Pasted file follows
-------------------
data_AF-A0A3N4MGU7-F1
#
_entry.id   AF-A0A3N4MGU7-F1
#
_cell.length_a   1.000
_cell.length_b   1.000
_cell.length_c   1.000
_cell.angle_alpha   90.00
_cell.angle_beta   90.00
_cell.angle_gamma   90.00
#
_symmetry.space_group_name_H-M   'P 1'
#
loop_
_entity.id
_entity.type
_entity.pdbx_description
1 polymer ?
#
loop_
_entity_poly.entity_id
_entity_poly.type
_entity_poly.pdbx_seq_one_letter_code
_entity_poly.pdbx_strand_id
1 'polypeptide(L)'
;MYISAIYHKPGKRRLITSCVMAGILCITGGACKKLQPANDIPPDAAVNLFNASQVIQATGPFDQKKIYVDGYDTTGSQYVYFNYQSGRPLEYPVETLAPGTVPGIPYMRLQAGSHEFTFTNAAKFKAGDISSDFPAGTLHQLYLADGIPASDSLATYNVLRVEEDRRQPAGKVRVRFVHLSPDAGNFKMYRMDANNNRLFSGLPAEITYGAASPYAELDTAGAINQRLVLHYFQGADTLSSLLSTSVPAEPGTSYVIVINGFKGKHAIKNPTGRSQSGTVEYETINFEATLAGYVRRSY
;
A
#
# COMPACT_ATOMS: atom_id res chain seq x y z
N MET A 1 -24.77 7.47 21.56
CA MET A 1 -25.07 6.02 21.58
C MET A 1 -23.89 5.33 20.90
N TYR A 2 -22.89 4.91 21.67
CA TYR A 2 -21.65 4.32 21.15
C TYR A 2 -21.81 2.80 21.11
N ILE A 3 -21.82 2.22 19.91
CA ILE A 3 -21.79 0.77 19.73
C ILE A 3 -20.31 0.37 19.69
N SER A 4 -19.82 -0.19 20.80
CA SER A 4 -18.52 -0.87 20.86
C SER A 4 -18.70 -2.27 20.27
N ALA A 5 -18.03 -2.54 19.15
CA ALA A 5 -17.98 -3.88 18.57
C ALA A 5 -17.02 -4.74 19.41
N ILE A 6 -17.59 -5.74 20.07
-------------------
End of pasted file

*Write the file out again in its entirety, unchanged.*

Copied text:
data_AF-A0A3N4MGU7-F1
#
_entry.id   AF-A0A3N4MGU7-F1
#
_cell.length_a   1.000
_cell.length_b   1.000
_cell.length_c   1.000
_cell.angle_alpha   90.00
_cell.angle_beta   90.00
_cell.angle_gamma   90.00
#
_symmetry.space_group_name_H-M   'P 1'
#
loop_
_entity.id
_entity.type
_entity.pdbx_description
1 polymer ?
#
loop_
_entity_poly.entity_id
_entity_poly.type
_entity_poly.pdbx_seq_one_letter_code
_entity_poly.pdbx_strand_id
1 'polypeptide(L)'
;MYISAIYHKPGKRRLITSCVMAGILCITGGACKKLQPANDIPPDAAVNLFNASQVIQATGPFDQKKIYVDGYDTTGSQYVYFNYQSGRPLEYPVETLAPGTVPGIPYMRLQAGSHEFTFTNAAKFKAGDISSDFPAGTLHQLYLADGIPASDSLATYNVLRVEEDRRQPAGKVRVRFVHLSPDAGNFKMYRMDANNNRLFSGLPAEITYGAASPYAELDTAGAINQRLVLHYFQGADTLSSLLSTSVPAEPGTSYVIVINGFKGKHAIKNPTGRSQSGTVEYETINFEATLAGYVRRSY
;
A
#
# COMPACT_ATOMS: atom_id res chain seq x y z
N MET A 1 -24.77 7.47 21.56
CA MET A 1 -25.07 6.02 21.58
C MET A 1 -23.89 5.33 20.90
N TYR A 2 -22.89 4.91 21.67
CA TYR A 2 -21.65 4.32 21.15
C TYR A 2 -21.81 2.80 21.11
N ILE A 3 -21.82 2.22 19.91
CA ILE A 3 -21.79 0.77 19.73
C ILE A 3 -20.31 0.37 19.69
N SER A 4 -19.82 -0.19 20.80
CA SER A 4 -18.52 -0.87 20.86
C SER A 4 -18.70 -2.27 20.27
N ALA A 5 -18.03 -2.54 19.15
CA ALA A 5 -17.98 -3.88 18.57
C ALA A 5 -17.02 -4.74 19.41
N ILE A 6 -17.59 -5.74 20.07